Danny Healy-Rae’s every word seems designed to irk Dublin

Sean Moncrieff turns the screw on the politician, in the week’s best radio interview

One of the joys of radio is the chance to hear fusty veterans of the craft discuss the habits and passions of those who scamper on the ever-receding shores of youth. Recent highlights include Pat Kenny’s bemused delight at discovering Skepta, or George Hook’s recent rages against the Rubber Bandits.

Referring to them as the Rubber Bands throughout – and misreading their signature insult “gowl” as “ghoul” – Hook perhaps pre-empted charges of being off the cultural pulse by claiming their description of the Eucharist as “haunted bread” was itself out of step with the views and morals of wider Ireland. He can’t be out of touch, you see. It is they, the children, who are wrong.

Perhaps doubling down, Hook (High Noon, Newstalk, daily) this week asserts that young political firebrand Danny Healy-Rae is "more in touch with Irish people than most": and this after the Kerry TD's Tuesday declaration that a dip in the road is possibly due to malevolent intrusions by fairies.

Throughout the day Newstalk has great sport with these assertions, leading to stark warnings from the ordinarily agreeable folklorist Eddie Lenihan, who phones up Drive to deliver slightly ominous finger-wavings, of the "you are meddling with forces you cannot possibly comprehend" variety.


So, it falls to Sean Moncrieff (Newstalk, weekdays) to get under the skin of the thing and he duly draws out some startling quotes in the week's best interview.

As Healy-Rae lets loose a torrent of coy, folksy platitudes, his every word seems designed to make Dublin’s city-slicking media fume with  impotent, condescending rage.

“If I was on a job and asked to stomp a fairy fort, I’d starve of the hunger before I’d do it,” he declared.

It isn't long, however, until Moncrieff turns the screw: "I wonder about these jobs you mention: Healy Rae plant hire, according to The Irish Times, earned €8.7 million in State and county council contracts in the past few decades. Do you take an income from that company?"

Caught off guard, Healy-Rae’s polished lack of polish seems to desert him for a few moments as he faces the charge that all this supernatural prattle is an attempt to distract from more earthly concerns. It’s a reminder that no one juggles the silly and the solemn with more brio than Moncrieff, and it’s all the better when they fall within a single story.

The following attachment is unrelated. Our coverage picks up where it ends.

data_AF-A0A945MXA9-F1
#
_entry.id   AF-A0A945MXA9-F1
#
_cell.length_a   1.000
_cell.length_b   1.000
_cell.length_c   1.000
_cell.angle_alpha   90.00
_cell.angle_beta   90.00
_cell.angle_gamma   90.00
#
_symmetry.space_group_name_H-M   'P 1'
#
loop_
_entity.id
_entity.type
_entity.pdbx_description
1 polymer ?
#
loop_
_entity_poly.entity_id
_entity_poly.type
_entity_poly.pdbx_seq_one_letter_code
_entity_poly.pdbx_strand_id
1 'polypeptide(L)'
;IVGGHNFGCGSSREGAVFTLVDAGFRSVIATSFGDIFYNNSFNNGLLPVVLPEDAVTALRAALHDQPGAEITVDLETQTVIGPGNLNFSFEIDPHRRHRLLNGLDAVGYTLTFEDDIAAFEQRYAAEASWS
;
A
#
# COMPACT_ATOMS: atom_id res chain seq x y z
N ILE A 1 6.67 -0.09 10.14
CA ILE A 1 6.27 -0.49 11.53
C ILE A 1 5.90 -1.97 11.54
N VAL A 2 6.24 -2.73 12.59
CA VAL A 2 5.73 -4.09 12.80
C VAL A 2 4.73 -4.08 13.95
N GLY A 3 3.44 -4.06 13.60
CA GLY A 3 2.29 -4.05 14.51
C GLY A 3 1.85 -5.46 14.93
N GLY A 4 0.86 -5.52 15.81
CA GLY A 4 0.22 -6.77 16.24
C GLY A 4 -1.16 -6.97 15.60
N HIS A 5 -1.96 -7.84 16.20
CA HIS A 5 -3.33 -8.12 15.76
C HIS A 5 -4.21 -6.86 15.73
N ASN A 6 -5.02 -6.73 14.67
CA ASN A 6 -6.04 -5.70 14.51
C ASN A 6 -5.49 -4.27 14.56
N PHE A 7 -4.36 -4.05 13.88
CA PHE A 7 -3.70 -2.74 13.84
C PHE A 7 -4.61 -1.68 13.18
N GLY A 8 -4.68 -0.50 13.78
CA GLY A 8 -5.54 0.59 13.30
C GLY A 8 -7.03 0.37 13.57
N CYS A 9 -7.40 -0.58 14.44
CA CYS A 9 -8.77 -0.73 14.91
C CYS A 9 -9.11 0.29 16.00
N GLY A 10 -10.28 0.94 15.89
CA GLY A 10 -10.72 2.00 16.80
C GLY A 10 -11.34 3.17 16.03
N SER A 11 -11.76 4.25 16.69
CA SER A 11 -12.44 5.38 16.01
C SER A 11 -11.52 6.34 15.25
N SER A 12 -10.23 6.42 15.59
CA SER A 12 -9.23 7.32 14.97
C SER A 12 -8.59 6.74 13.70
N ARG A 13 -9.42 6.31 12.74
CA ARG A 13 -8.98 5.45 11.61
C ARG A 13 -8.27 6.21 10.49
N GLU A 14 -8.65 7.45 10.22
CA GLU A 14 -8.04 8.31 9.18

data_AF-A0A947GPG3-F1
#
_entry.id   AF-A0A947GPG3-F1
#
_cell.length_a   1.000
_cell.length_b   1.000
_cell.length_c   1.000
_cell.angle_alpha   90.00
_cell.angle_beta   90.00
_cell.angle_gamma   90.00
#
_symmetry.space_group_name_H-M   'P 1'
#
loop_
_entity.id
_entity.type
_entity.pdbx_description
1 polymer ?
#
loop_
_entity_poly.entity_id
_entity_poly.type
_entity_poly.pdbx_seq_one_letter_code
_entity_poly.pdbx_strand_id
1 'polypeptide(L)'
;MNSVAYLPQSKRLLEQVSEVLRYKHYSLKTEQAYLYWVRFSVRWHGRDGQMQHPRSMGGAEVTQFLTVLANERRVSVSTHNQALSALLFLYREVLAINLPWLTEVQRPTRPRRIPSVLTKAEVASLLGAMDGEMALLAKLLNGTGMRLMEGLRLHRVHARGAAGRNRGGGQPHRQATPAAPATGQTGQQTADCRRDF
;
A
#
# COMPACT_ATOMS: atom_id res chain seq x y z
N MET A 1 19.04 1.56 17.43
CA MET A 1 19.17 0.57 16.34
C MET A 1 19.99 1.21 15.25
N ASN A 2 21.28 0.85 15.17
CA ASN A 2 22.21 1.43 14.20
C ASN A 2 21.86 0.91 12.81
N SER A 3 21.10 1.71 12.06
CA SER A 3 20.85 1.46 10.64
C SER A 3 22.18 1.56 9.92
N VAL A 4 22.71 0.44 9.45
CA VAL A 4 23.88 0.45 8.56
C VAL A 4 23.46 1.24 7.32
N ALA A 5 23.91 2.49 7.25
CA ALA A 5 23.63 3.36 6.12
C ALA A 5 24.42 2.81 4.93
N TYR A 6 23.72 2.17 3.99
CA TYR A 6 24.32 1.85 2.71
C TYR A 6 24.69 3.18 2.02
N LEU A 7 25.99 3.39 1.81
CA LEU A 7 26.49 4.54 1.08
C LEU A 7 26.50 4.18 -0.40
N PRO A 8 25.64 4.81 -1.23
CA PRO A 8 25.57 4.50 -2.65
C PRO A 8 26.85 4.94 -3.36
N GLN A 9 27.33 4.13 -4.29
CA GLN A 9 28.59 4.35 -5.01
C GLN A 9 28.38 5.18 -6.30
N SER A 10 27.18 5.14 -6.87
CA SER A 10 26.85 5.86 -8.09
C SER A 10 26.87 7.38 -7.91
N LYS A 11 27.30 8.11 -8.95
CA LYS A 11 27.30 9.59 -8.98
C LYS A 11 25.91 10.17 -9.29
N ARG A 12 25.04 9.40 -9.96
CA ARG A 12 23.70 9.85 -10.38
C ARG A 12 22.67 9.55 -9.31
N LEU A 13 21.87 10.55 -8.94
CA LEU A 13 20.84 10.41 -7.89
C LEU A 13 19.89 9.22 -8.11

Alt-right embrace South Park

The issue of topicality and relevance is of chief concern to Kay Sheehy on Arena (RTÉ Radio One, weekdays) as she discusses the legacy of South Park on its 20th birthday.

Once the hate figure of conservatives, South Park's abhorrence of political correctness has seen it become a darling of the so-called alt-right, a fascinating shift explored here in surprising depth.

You could suspect Sheehy is not a previous devotee of the cartoonish Coloradans: of Bono’s “visceral” treatment, she says: “I mean it’s quite disgusting how they deal with these celebrities isn’t it?” But she tackles the subject well, with guest TCD professor Daniel Geary, even if there seems to be a slight tinge of relief once the subject changes, after a short break, from swearing children to late period Schubert.

One show that feels particularly current this week is Pantisocracy (Monday, RTÉ Radio One) which continues to be a great showcase for fresh, young talent within contemporary arts. This week’s show has theatre producer Jen Coppinger, actor Emmet Kirwan, songwriter Duke Special and Eoin French of Cork band, Talos.

Panti's discussions are always delightfully laidback, even rambling, and Monday's show sees guests extemporise on the subject of alter egos, whether public or private, and culminates in Kirwan's delivery of a bristling, powerful monologue from his semi-quasi-autobiographical play Dublin Old School (which this week he also began shooting the film version of).

The discussion culminates in some nice breaking of the fourth (or maybe fifth) wall, as Panti discusses her unique status within the room as the conscious alter ego of someone else. On whichever plane of reality the show is recorded, let’s hope she continues to be herself.


Richie Sadlier’s The Player’s Chair (Podcast, Shock World Service) has gathered an impressive catalogue of fascinating, poignant interviews with sports figures. Indeed, the show’s thoughtful, probing questions and candid, emotional responses have given the player’s chair something of the feel of a therapist’s couch. But this week, it’s Sadlier who may need counselling.

After initally chatting with manager Mick McCarthy, Sadlier discovered his recording device hadn’t activated. Humiliated, he persuaded McCarthy to do a repeat the following day, only for Sadlier to discover with utter dejection that this too had been incorrectly recorded, leaving a dissolute Sadlier without any material, and in no little fear for his mental state.

Luckily for Sadlier, McCarthy is gracious, if gently mocking, as he agrees to one last try: “You’re only getting this because you’re a former player of mine, you know. I’m not too sure too many journalists would get a third time.”

Despite the charm of the resulting interview, the highlight of the show is Sadlier’s own amusingly bleak recounting of his sorry state as the listener is asked to imagine him dejected, mortified, “back on the smokes, sitting on the kitchen floor with the dog”.